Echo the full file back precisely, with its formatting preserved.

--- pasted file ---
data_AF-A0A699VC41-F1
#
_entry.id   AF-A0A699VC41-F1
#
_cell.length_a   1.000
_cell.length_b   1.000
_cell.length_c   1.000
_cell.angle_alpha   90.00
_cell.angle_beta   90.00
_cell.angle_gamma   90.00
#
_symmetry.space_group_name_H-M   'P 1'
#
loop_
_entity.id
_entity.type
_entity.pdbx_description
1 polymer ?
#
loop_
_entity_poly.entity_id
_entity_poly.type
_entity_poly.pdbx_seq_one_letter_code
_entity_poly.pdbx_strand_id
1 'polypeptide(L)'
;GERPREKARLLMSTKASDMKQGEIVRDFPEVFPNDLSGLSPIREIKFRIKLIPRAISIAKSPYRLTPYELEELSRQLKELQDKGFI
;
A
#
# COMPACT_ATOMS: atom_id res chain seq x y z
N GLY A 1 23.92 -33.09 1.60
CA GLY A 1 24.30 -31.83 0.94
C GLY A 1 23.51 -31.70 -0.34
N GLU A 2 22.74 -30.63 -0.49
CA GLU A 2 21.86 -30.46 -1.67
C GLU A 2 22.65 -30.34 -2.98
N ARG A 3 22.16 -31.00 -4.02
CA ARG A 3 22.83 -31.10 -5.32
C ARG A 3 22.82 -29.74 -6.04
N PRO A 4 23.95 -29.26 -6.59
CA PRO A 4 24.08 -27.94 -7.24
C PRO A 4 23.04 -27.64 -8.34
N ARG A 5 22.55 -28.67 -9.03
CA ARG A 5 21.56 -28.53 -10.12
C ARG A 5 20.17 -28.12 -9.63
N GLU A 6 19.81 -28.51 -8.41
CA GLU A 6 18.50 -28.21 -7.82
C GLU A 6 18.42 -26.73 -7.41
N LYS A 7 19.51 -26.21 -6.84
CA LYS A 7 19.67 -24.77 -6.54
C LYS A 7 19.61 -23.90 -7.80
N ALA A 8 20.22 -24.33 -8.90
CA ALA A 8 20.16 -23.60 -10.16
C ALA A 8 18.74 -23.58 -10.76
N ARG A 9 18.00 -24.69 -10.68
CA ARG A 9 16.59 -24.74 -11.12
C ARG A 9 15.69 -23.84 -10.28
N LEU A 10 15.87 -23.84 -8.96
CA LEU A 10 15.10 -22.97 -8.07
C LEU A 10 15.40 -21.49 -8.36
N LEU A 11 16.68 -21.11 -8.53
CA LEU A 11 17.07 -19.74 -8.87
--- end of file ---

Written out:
data_AF-A0A699VC41-F1
#
_entry.id   AF-A0A699VC41-F1
#
_cell.length_a   1.000
_cell.length_b   1.000
_cell.length_c   1.000
_cell.angle_alpha   90.00
_cell.angle_beta   90.00
_cell.angle_gamma   90.00
#
_symmetry.space_group_name_H-M   'P 1'
#
loop_
_entity.id
_entity.type
_entity.pdbx_description
1 polymer ?
#
loop_
_entity_poly.entity_id
_entity_poly.type
_entity_poly.pdbx_seq_one_letter_code
_entity_poly.pdbx_strand_id
1 'polypeptide(L)'
;GERPREKARLLMSTKASDMKQGEIVRDFPEVFPNDLSGLSPIREIKFRIKLIPRAISIAKSPYRLTPYELEELSRQLKELQDKGFI
;
A
#
# COMPACT_ATOMS: atom_id res chain seq x y z
N GLY A 1 23.92 -33.09 1.60
CA GLY A 1 24.30 -31.83 0.94
C GLY A 1 23.51 -31.70 -0.34
N GLU A 2 22.74 -30.63 -0.49
CA GLU A 2 21.86 -30.46 -1.67
C GLU A 2 22.65 -30.34 -2.98
N ARG A 3 22.16 -31.00 -4.02
CA ARG A 3 22.83 -31.10 -5.32
C ARG A 3 22.82 -29.74 -6.04
N PRO A 4 23.95 -29.26 -6.59
CA PRO A 4 24.08 -27.94 -7.24
C PRO A 4 23.04 -27.64 -8.34
N ARG A 5 22.55 -28.67 -9.03
CA ARG A 5 21.56 -28.53 -10.12
C ARG A 5 20.17 -28.12 -9.63
N GLU A 6 19.81 -28.51 -8.41
CA GLU A 6 18.50 -28.21 -7.82
C GLU A 6 18.42 -26.73 -7.41
N LYS A 7 19.51 -26.21 -6.84
CA LYS A 7 19.67 -24.77 -6.54
C LYS A 7 19.61 -23.90 -7.80
N ALA A 8 20.22 -24.33 -8.90
CA ALA A 8 20.16 -23.60 -10.16
C ALA A 8 18.74 -23.58 -10.76
N ARG A 9 18.00 -24.69 -10.68
CA ARG A 9 16.59 -24.74 -11.12
C ARG A 9 15.69 -23.84 -10.28
N LEU A 10 15.87 -23.84 -8.96
CA LEU A 10 15.10 -22.97 -8.07
C LEU A 10 15.40 -21.49 -8.36
N LEU A 11 16.68 -21.11 -8.53
CA LEU A 11 17.07 -19.74 -8.87